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Glioma pp 233-249 | Cite as

Boron-Neutron Capture Therapy for Tumors

  • H. Hatanaka

Abstract

Soon after the discovery of neutrons by Chadwick at Cambridge University, Goldhaber noticed the release of an alpha particle as a neutron hits an atom. Although we do not know the exact origin of the idea, the possibility that such neutron capture reaction could be used for cancer treatment was initially mentioned in 1936 by an American physicist, Locher [1] of Swarthmore College. The idea that neutron capture reaction might be used for cancer treatment gradually took on more shape as a few scientists [2–4] conducted animal studies between 1940 and 1951. Clinical trials were started in 1951 at Brookhaven National Laboratory by Sweet and Javid [5], Javid et al. [6] and Farr et al. [7]. This naturally aroused interest in Europe [8] and Japan [9] as well. But the trials were discontinued after 17 glioblastoma cases were treated at Massachusetts Institute of Technology in 1960 and 1961. In 1961, boron-neutron capture therapy (BNCT) was virtually dead because of the discouraging clinical results of the MIT series [10]. It was in 1964 that the author was given a chance to study the therapy when he arrived at Harvard Medical School as an Exchange Scholar with the support of a Fulbright Travel Grant [11]. He worked with Prof. William H. Sweet, then Chief of the Neurosurgical Service at Massachusetts General Hospital, between July 1964 and July 1967. Other associates included A. H. Soloway, a chemist, and G. L. Brownell, a physicist. Sweet had not lost his enthusiasm for BNCT, although he was never to be able to resume clinical trials again during his tenure; the research still being conducted was limited to the basic aspect.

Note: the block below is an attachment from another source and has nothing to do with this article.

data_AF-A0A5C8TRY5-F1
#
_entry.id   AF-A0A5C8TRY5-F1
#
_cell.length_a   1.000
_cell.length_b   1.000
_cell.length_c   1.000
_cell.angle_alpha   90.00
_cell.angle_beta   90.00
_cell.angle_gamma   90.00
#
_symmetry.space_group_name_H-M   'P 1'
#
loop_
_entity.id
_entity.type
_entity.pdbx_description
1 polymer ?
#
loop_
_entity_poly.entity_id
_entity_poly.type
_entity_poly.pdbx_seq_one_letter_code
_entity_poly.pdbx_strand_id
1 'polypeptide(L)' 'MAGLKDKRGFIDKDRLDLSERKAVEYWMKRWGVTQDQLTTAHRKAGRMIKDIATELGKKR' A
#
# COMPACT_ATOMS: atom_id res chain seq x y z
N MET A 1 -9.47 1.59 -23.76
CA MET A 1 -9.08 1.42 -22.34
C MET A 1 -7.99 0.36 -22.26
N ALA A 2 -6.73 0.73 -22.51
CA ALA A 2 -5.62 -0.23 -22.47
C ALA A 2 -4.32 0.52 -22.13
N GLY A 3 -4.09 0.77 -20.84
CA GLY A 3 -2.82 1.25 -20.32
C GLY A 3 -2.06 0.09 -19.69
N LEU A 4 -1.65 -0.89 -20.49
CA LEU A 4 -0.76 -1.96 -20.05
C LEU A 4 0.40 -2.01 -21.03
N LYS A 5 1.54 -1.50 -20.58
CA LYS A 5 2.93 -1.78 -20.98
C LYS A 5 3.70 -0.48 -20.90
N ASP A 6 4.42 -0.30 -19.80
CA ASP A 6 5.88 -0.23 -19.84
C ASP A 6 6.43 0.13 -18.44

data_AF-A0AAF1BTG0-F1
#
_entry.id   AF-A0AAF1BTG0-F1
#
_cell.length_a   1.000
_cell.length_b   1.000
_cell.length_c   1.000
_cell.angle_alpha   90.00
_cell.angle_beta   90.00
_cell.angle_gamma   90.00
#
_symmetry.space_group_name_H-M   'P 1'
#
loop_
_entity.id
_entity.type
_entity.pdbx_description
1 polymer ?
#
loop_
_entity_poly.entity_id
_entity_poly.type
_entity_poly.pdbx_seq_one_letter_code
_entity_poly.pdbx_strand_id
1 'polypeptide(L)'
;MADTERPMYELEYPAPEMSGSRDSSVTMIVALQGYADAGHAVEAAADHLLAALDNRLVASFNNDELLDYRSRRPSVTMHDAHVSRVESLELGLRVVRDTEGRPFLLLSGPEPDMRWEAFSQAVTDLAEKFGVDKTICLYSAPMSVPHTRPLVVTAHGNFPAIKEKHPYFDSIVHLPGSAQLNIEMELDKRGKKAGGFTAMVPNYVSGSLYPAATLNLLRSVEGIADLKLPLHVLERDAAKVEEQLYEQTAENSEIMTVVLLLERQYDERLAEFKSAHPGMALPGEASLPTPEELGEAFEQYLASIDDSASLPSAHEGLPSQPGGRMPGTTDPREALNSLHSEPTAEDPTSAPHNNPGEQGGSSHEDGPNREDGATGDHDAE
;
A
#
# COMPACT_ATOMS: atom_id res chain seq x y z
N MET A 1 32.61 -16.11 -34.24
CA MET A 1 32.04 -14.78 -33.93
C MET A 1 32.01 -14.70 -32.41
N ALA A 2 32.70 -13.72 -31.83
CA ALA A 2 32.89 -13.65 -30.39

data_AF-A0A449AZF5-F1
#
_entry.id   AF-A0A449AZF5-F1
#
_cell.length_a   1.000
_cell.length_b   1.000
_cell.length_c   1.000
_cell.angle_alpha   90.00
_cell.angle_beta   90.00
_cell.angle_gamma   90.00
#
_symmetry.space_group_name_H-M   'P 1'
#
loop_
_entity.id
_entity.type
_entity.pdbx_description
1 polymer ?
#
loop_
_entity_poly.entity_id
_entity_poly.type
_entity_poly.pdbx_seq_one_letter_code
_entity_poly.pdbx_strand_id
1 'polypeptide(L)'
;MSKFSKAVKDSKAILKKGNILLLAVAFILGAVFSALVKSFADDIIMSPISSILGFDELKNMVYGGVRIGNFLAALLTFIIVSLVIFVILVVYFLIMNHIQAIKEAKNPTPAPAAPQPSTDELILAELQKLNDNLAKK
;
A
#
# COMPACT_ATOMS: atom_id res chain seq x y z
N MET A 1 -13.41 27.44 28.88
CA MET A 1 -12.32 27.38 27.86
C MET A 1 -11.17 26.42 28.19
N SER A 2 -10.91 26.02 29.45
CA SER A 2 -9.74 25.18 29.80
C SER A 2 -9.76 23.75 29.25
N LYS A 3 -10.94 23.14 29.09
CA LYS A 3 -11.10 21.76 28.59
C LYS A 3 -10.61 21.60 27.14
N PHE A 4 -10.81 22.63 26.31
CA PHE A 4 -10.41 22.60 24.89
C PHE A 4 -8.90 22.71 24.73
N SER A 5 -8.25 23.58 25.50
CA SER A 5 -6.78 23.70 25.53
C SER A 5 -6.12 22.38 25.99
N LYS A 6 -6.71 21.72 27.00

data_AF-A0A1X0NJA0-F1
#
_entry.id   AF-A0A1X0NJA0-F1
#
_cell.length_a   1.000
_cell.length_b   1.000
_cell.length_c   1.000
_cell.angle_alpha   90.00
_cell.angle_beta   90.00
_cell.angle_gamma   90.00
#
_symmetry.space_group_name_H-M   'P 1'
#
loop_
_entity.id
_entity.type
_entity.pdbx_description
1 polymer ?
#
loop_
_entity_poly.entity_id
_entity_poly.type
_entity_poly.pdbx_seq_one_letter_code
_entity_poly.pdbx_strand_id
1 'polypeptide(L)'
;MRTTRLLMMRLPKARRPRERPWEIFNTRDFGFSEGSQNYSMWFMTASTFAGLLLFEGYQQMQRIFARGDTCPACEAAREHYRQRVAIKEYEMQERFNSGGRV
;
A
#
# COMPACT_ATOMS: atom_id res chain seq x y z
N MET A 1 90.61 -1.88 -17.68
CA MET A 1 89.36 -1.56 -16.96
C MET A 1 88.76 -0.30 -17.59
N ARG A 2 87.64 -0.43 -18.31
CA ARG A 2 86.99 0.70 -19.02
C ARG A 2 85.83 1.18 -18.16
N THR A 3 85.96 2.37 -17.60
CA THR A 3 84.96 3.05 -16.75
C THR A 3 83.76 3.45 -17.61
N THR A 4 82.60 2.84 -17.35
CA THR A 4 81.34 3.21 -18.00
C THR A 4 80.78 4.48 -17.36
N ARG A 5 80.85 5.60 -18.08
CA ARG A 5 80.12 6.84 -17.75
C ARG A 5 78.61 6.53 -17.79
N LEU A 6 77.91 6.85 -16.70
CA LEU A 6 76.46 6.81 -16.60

Keywords

Brain Tumor Thermal Neutron Neutron Capture Heavy Water Malignant Brain Tumor 
These keywords were added by machine and not by the authors. This process is experimental and the keywords may be updated as the learning algorithm improves.

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Copyright information

© Springer-Verlag Berlin Heidelberg 1991

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  • H. Hatanaka

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